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The Apoftle Paul proves the refurrection at large, 1 Cor. xv. and thews it to be a fundamental article, the denial whereof is subvira

five of Christianity, ver, 13, 14. “ If there be no resurrection of 1 "the dead, then is Christ not sisen. And if Chrill be not rilanka * " then is our preaching vain, and your faith also in vain ”

Toffint us in conceiving of ir, the scripture gise us types of rie resurrection of the dead; as the dry bones living, Ezek. xxxvị. Jonah's coming out of the whale's belly, Mat, xii. 40. Ard nature al. fords us emblems and resemblances of it, as the sun's setti:g and rising again; night and day, winter and summer, A ceping and awah ing; swallows in winter lying void of all appe.sance of lute, in ruinous buildings, and subterraneous caverns, and reviving agair in the spring season; the feeds dying under the clod, and thereafte I Springing up again: all which, and the like, may juilly be adipitied:

as deligned by ihe God of nature, though not for proofs, yet for, memorials, of the refurrection; whereof we have a susance from the scripture, Cor. xv. 36. “Thou fool, thai which thou sowel " is not quickned, except is die "*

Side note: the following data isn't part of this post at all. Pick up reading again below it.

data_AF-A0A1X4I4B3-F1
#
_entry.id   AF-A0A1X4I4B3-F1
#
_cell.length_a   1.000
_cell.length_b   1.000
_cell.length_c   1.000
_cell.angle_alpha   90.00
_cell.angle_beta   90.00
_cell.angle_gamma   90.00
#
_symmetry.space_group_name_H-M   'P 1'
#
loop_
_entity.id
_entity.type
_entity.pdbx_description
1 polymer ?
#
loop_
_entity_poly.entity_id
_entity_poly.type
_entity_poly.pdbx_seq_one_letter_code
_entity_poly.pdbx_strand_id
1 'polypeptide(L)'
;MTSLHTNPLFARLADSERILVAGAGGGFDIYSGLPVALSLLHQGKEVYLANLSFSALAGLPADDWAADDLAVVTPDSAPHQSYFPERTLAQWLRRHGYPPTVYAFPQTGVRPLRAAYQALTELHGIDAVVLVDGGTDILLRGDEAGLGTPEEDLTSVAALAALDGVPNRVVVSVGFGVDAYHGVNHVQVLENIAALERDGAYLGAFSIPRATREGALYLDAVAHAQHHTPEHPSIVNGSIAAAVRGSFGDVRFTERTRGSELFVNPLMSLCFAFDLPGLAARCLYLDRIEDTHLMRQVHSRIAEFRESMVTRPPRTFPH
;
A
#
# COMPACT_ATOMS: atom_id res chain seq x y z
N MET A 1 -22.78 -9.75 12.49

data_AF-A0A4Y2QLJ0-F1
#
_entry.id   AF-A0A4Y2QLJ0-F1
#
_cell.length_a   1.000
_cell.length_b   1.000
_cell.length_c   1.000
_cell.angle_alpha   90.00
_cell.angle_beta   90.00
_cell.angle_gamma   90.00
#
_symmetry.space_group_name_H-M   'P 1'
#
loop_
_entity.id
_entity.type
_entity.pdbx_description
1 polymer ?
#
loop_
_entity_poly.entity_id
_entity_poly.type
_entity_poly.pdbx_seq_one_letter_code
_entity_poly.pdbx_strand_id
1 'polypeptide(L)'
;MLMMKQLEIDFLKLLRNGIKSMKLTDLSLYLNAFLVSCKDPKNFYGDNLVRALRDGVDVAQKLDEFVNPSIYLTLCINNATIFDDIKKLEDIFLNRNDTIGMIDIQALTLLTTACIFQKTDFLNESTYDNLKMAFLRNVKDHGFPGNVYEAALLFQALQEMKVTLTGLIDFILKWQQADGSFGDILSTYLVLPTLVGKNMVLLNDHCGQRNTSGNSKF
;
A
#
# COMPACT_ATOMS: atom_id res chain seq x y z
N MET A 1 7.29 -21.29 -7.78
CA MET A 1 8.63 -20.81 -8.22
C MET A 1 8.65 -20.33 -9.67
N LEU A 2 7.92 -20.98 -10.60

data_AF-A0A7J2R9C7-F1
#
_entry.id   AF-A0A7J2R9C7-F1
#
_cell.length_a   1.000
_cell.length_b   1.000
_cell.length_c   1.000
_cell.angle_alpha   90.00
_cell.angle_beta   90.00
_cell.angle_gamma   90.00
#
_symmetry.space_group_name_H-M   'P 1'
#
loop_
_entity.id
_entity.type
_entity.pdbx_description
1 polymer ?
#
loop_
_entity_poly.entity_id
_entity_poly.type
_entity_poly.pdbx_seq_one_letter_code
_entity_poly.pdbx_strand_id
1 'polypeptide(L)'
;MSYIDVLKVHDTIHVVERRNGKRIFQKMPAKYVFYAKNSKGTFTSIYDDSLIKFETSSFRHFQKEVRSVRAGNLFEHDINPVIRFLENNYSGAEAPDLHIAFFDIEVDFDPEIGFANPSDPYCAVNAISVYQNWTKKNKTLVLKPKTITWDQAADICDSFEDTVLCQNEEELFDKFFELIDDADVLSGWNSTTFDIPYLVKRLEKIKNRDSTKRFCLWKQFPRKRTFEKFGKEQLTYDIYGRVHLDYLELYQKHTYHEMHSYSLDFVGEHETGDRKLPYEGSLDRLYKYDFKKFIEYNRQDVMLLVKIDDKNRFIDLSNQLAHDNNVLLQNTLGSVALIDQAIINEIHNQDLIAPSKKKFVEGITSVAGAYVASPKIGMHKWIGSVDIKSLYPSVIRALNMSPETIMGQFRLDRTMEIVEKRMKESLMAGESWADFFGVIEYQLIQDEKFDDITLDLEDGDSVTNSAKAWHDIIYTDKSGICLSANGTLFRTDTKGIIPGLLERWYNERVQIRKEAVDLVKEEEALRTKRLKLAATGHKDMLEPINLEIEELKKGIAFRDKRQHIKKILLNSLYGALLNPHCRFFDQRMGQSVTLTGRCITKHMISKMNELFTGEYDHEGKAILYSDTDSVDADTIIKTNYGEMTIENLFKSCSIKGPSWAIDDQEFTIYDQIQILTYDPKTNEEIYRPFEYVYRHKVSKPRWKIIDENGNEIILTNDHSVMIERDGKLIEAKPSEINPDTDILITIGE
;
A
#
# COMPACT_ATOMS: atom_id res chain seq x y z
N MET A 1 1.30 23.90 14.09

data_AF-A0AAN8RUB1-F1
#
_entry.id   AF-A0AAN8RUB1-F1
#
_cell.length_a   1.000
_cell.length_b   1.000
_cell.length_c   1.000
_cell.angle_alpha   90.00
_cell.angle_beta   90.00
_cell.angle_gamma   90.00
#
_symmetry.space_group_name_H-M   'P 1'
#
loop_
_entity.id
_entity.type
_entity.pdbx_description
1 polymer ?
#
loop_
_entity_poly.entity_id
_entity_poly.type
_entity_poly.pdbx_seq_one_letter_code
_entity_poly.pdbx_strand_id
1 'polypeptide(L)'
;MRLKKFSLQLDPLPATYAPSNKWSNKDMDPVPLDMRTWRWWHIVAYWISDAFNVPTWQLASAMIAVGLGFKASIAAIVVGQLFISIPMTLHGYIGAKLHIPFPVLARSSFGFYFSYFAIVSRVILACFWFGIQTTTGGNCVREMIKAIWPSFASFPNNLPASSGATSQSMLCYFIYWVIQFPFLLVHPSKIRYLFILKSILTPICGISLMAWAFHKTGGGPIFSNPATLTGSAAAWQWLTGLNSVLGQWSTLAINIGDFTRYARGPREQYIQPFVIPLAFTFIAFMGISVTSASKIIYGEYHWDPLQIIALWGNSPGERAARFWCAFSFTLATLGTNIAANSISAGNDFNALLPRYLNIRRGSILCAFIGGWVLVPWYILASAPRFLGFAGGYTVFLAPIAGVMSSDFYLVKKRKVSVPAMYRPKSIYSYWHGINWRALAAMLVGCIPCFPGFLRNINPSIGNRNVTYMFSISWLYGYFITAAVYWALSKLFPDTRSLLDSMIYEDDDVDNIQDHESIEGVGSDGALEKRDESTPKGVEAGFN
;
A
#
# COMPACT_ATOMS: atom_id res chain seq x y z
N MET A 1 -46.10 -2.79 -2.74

III fall enquire into the nature of the refurrection, shewing ft, Who Thall be raifed. 2dly, Wbat fhall be railid. 3dly, How the dead shall be raised.

First, Who sball be raised. Our text tells us who they are; namely All that are in the graves, i.e. all mankind, who are dead. As foi 1 those persons who shall be found alive at the second coming of

Christ; they fail noi die, and foon thereafter ber iled again: but such a change Mall suddenly pass upon them; as Mall be co thensis Itead of dying and rising again; so that their bodies shall become like to those bodies which are raised out of the graves, 1 Cor. xv

51, 52. "We shall not all fleep, but we shall all be changed; int y“ a moment, in the twinkling of an eye.Hince chese who are j to be judged at the great dar', are distinguished into quick and dead, Ads x 42. All the dead Mall arise, whether godly or wicked, juff or unjuft, (Acts xxiv. 15.) old or young: the whole race of inao. kind, even these who never saw che fun, but died in their mother's belly, Rev. xx 12." And I saw the dead fmall and great stand before God." The sea and earth shall give up their dead, without reserve none ihall be kept back.

Secondly, What shall be raised? The bodies of mankind. A man is said co die when the soul is separa i ed from the body, and returns unto God who gave it, Eccles. xii 7 But it is the body only' which is laid in the grave, and can be properly faid to be raised: where. fore the refurrection is, ftri&tly speaking, competent to the body only. Moreover, it is the fame body chat dies, which full rise again. At the resurrection, men mall not appear with other bodies for substance, than these which they now have, and which are laid down in the grave: but with the relf-fame bodies endowed with other qualities. The very notion of a refurrection implies this;